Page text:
When you create games like fps, how do you mentally prepare your maps?
is it on a 1:1 ratio? like a mile/kilometer irl is the same in the blender map?
I am probably too literal, should i create/visiualize a map with the same metrics and info as a real map. Does it take more memory?
Is there is a good tutorial when it comes to appropriate sizes?
When you create games like fps, how do you mentally prepare your maps?
This depends on many visual, game play and story based aspects.
Visual: What looks good?
Game Play: What is good playable - long/short walk distances, walk, run speed, camera range, obstacles, bottlenecks …
Story based: How “believable” is the game world? How does the game world fit into the story? How does the story fit into the game world?
It is in large parts very subjective. It should “feel” good.
A house with a few rooms might feel good if the avatar is slowly walking through the rooms. An open area will not fit as it takes to long to discover the areas. But it feels much better when using a vehicle ;). But a vehicle offers other game experience (e.g. racing).
Just some thoughts
just make sure whatever ratio you pick to apply it to everything. You want to make sure everything is proportionally correct.
OK thank you all.
What is the most common size for a fps level, & size, what is safe memory wise?
Do you folks use metrics/imperial?
Memory-wise, size is not relevant, you can make your map as big as you want. Well, until you reach numeric representation constraints but things get worse well before that.
The problem lies in the resolution because the amount of triangles you can spend to render a scene is limited.
thank you pgi, what are the constraints and what is the amount of triangles I can use? & wouldn’t be quadrangle be better? I thought ideally for best results you wanted to avoid triangles.
The numeric constraints derive from the way decimal numbers are usually represented in game engines but this is not really interesting unless you’re dealing with extreme accuracy - like scientific simulations. Suffice to say that there is a limit in both how large a number and how precise the difference between two numbers can be (biggest is 34 followed by 37 zeros, most precise has 7k decimal digits).
Don’t care about that.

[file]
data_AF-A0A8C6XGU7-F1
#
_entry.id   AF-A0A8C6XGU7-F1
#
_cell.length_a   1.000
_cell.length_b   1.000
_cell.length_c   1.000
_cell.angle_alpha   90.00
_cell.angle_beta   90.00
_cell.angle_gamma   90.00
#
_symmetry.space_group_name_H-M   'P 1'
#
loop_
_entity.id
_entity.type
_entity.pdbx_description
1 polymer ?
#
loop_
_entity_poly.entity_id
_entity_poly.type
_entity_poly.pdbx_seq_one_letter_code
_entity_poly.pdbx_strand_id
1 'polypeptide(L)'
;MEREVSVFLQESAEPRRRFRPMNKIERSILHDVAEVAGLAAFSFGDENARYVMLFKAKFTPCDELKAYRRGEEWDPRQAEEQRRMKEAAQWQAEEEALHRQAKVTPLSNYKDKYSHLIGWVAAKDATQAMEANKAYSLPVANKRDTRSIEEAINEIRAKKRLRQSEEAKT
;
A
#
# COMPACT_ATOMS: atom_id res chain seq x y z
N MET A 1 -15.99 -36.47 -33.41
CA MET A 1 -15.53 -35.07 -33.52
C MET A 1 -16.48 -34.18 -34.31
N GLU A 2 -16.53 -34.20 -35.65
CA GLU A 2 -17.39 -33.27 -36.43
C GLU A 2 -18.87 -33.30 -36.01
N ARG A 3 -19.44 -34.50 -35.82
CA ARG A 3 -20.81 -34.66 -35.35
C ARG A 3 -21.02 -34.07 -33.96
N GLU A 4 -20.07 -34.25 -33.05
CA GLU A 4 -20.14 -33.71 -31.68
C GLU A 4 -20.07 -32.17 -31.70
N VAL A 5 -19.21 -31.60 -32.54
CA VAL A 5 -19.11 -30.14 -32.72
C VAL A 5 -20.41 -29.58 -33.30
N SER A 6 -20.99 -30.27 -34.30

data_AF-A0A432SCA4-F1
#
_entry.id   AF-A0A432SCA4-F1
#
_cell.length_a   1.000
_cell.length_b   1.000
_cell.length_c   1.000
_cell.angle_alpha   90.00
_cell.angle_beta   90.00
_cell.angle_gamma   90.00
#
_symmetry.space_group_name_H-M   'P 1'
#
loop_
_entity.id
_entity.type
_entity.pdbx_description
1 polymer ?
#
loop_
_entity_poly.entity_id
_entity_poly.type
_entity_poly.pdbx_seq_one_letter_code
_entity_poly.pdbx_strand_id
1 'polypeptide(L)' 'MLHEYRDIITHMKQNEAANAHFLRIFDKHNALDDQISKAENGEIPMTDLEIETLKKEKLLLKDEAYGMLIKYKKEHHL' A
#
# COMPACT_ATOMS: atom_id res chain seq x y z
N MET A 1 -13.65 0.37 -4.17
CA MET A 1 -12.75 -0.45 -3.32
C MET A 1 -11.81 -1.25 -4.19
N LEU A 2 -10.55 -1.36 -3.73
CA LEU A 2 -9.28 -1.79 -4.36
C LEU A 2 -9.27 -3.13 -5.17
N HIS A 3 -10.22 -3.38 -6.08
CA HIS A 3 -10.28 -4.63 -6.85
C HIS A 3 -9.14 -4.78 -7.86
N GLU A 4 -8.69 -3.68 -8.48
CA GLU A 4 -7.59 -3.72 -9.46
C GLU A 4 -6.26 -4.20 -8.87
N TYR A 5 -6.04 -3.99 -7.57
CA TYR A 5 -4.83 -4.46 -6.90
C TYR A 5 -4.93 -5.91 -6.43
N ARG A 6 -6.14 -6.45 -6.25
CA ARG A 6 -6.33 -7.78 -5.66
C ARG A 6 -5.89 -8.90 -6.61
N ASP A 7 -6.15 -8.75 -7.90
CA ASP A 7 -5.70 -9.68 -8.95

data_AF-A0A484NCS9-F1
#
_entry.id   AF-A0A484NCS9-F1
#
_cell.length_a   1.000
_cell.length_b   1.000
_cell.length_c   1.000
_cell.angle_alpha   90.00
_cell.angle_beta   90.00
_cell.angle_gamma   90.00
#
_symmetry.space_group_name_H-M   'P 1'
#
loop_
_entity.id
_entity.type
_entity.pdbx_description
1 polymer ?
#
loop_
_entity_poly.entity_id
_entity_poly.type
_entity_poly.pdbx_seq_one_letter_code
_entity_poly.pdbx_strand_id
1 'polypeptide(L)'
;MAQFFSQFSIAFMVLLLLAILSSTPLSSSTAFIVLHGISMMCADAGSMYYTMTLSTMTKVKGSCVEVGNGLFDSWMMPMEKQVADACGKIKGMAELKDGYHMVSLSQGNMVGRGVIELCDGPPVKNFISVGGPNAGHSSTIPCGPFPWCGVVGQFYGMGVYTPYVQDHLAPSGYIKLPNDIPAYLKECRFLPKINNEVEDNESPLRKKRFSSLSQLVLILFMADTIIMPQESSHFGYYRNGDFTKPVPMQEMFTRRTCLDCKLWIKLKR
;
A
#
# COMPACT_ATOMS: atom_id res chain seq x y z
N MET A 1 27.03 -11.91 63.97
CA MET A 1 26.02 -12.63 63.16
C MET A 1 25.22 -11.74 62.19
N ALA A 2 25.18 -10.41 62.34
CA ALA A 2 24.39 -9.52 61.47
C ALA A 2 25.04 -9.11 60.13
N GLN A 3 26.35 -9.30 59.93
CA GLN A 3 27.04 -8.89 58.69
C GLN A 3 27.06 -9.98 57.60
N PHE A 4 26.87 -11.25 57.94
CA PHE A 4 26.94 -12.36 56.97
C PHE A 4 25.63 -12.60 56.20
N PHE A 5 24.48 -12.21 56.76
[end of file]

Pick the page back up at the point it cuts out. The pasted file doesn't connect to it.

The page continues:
It’s ok to avoid triangles when modeling, in engine terms you count triangles because real time rendering engines “reason” in term of triangles (they are the simplest polygon kind and have nice geometric properties that the hardware is engineered to exploit).
Quads are transformed to triangles automatically by blender so you don’t have to do it by hand (there is a corner case when the four vertices of the quad do not lie on the same plane but the worst you’ll get is a slightly different looking shape).
How much is too much when speaking of triangles in a scene is a question that has no specific answer.
It depends on the hardware where the game is deployed, the complexity of the effects you want to apply to your models, the size of the output window and what the games does other than showing stuff.
You can roughly estimate how complex a scene can be by taking your system as reference, modeling a scene with lots of polygons and the effects you would like to have (like shadows, lights, shaders…), possibly applied to a single mesh, starting the game engine and taking a look at the framerate while you move around the camera.
If the framerate doesn’t drop under 50fps you add more polygons.
When you have a stable framerate around 50 fps you can estimate the “level” of your hardware (high, mid, low end, that sort of thing).
At that point you’ll have some sort of way to measure how many triangles you can count on for a scene.
Then you decide how much you want to spend for the environment, for the player, for other elements …
It’s a very boring thing to do :D.
ouch. che mal di testa!
Short guide line:
1 BU = 1 meter
Human character height ~1.8 m
If you want large maps, because of the constraints, you may want to lower the ratio. You don’t want to go through the game and ‘hit a brick wall’ because it was too large to render. Either it will close your page or freeze; at least this is what I went through.
Don’t listen to Monster because he has no clue what he’s talking about. If you want to get a feeling of real world scale in Blender Game Engine , you have to make everything 3 times bigger. 1 meter = 3 blender units. A 2 meter person would be 6 blender units in height and the camera needs to be 90 degrees FOV with a sensor size of 45. Those are the only settings that work if you want to have a scene that feels like real world scale. If you follow Monster’s advice , you will notice that everything feels way too small and way too close.
@blenderer2012 - ^ A moderator of the BGE forums that’s been using the engine for literal years has “no clue what he’s talking about”. No offense intended, but I’m pretty sure he knows what he’s talking about, and I think you might be confused. 1 meter doesn’t equal 3 blender units to the BGE.